We are not able to confirm that the achievement gap is unequivocally increasing between students from high- and low-social class families; changes in the gap vary by subject and grade. However, our data are limited to measuring the gap between students who are “not poor,” “somewhat poor,” and “very poor.”6 These are reasonable measures for testing differences in student achievement between middle- and lower-income students, but not between the very highest-income students and students at the rest of the income-distribution levels. It is only at the very top of the income distribution (top 10 percent) where analysts have found student achievement rising compared to everyone else (Reardon 2011).

Further, we show that as the overall proportion of poor students in schools increased from 2003 to 2013, the percentage of both black and Hispanic students in high-poverty schools rose substantially. We also show that Hispanic students are as or more likely than white students to attend high-poverty schools (García and Weiss 2014). We find inconsistent evidence that the achievement gaps for blacks and for Hispanics in high-poverty schools are increasing. However, we do find that among black and Hispanic students, the achievement gap are increasing between those blacks and Hispanics who attend schools with a high concentration of black plus Hispanic students versus those who do not.

We suggest that the increase in Hispanic and Asian non-ELLs in the U.S. school population, combined with the declining achievement gap of Hispanic non-ELLs and the increasing Asian non-ELL gap, may help explain broader social phenomena. One is the seeming increase in opposition to Hispanic immigration among less-educated whites, which some speculate is rooted in shifts from an industrial to a service economy. But these anti-immigration sentiments could conceivably be fueled by the rising school performance and labor competitiveness of non-ELL second- and third-generation Hispanics, as well as their growing numbers. Another phenomenon is increased pressure on some groups to invest more in raising their children’s test scores. The pressure may be associated with the growing gap between whites and Asian non-ELLs, and it is probably greatest on higher-income—and higher-scoring—whites “competing” in the battle for places in elite colleges and high-income jobs. This pressure to increase test scores may help explain why the gaps in test scores among different social classes were expanding until recently (Reardon 2011; Reardon, Waldfogel, and Bassok 2016).

The paper is divided as follows: In the next section, we present our estimation strategy. The section after that presents the results, and the final section discusses the results and draws conclusions.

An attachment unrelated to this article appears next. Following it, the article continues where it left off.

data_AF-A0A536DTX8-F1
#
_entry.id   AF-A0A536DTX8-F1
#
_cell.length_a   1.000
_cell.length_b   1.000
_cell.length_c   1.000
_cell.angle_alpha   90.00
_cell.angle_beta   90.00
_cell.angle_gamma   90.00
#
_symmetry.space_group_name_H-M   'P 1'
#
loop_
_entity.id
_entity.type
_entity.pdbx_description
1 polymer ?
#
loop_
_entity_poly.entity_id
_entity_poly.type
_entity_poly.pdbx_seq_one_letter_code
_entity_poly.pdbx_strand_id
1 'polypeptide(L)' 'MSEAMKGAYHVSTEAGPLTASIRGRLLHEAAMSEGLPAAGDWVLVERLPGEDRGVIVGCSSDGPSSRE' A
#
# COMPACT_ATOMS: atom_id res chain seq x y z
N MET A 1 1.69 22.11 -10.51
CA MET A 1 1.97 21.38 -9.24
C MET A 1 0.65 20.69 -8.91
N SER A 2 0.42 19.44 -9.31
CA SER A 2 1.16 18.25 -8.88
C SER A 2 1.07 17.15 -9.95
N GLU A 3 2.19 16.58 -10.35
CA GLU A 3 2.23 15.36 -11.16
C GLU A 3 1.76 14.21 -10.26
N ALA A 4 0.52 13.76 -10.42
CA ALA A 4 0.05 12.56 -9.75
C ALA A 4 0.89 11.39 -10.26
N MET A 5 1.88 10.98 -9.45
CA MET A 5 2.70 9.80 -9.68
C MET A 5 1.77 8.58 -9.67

How do we estimate achievement gaps by race/ethnicity and social class over time?

The United States’ national assessment test, the National Assessment of Educational Progress (NAEP), is the main data source for trends in mathematics and reading achievement for individual students with different characteristics, for schools with different student populations, and, since 1992, for sufficiently consistent samples of students and schools within states. NAEP assessments are administered uniformly using the same set of test booklets across the nation, and the assessment stays essentially the same from year to year and includes only carefully documented changes. This permits the NAEP to provide a clear picture of student academic progress over time. We use the “Main NAEP” microdata rather than the “Long-Term Trend NAEP” because the Main NAEP provides data on students’ eligibility for free or reduced-price lunch dating back to 1996 and on individual states, is grade specific, and was used more often in the shorter period of interest to us (1996–2013). The NAEP is applied to students in specific grades (fourth, eighth, and twelfth) to obtain a stratified random sample of schools in each state.7 We focus on the fourth- and eighth-grade results in mathematics and reading in the period 2003–2013, when all states were required to participate in the NAEP, and extend our analysis back to 1996 for eighth- grade mathematics.8

We use ordinary least squares to estimate a series of step-wise models of student achievement in mathematics and reading in fourth and eighth grade as a function of (1) gender; (2) race/ethnicity; (3) whether the student is designated an English language learner; (4) parental education; (5) eligibility for free or reduced-price lunch; (6) whether a student is enrolled in an individual education plan (special education); (7) the percentage of students eligible for FRPL in the school the student attends; and (8) the total percent of black plus Hispanic students in the school the student attends. We also estimate OLS regressions that include interactions of student race/ethnicity and eligibility for free or reduced-price lunch with the percentage of students eligible for free lunch and the racial composition of the school the student attends.